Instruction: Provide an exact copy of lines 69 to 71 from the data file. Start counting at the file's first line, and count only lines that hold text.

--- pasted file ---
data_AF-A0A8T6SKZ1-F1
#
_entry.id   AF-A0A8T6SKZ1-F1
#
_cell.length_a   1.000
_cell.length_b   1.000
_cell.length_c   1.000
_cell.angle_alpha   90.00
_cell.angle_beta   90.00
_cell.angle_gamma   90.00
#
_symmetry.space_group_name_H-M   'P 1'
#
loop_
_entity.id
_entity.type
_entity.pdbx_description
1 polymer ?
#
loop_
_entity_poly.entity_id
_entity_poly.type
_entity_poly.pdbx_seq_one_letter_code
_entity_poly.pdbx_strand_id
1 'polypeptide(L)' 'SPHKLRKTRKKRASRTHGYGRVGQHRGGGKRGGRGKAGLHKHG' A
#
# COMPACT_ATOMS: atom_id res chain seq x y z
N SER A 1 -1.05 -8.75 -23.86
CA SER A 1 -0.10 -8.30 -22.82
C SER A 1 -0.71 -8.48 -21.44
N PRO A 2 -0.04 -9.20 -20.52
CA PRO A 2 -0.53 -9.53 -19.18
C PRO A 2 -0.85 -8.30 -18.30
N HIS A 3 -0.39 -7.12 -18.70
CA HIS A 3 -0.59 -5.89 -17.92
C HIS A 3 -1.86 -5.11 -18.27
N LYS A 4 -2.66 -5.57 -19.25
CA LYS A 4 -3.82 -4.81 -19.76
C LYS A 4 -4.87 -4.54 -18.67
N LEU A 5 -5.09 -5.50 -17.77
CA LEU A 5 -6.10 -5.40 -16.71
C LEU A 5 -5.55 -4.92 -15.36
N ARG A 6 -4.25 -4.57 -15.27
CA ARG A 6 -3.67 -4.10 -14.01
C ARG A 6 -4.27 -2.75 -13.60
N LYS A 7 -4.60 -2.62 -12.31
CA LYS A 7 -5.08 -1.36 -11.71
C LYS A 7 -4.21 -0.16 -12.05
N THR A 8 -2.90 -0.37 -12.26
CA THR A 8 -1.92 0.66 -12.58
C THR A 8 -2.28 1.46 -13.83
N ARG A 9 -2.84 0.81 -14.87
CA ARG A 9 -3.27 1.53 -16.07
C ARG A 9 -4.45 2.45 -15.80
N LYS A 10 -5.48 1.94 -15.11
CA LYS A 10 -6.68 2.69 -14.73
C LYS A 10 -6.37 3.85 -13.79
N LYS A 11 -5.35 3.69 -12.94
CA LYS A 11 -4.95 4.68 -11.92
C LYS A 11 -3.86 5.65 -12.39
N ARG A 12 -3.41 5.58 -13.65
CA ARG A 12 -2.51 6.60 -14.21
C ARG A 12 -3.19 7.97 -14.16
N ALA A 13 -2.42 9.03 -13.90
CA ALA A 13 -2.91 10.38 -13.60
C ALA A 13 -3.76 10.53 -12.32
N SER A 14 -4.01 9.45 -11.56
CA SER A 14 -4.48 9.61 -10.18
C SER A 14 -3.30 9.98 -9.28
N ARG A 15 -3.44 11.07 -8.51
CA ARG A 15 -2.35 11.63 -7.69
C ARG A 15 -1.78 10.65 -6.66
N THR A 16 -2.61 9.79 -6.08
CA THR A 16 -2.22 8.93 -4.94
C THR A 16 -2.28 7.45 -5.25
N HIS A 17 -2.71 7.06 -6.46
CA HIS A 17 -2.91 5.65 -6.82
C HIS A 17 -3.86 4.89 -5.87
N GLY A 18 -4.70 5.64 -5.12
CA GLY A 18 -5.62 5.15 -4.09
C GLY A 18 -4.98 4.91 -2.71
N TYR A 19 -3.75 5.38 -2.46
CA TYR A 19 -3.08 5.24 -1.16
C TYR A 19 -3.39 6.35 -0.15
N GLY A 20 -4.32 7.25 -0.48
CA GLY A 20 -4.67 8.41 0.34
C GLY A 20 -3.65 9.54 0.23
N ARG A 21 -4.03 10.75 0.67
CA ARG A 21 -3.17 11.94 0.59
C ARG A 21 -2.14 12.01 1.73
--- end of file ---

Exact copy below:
C SER A 14 -3.30 9.98 -9.28
N ARG A 15 -3.44 11.07 -8.51
CA ARG A 15 -2.35 11.63 -7.69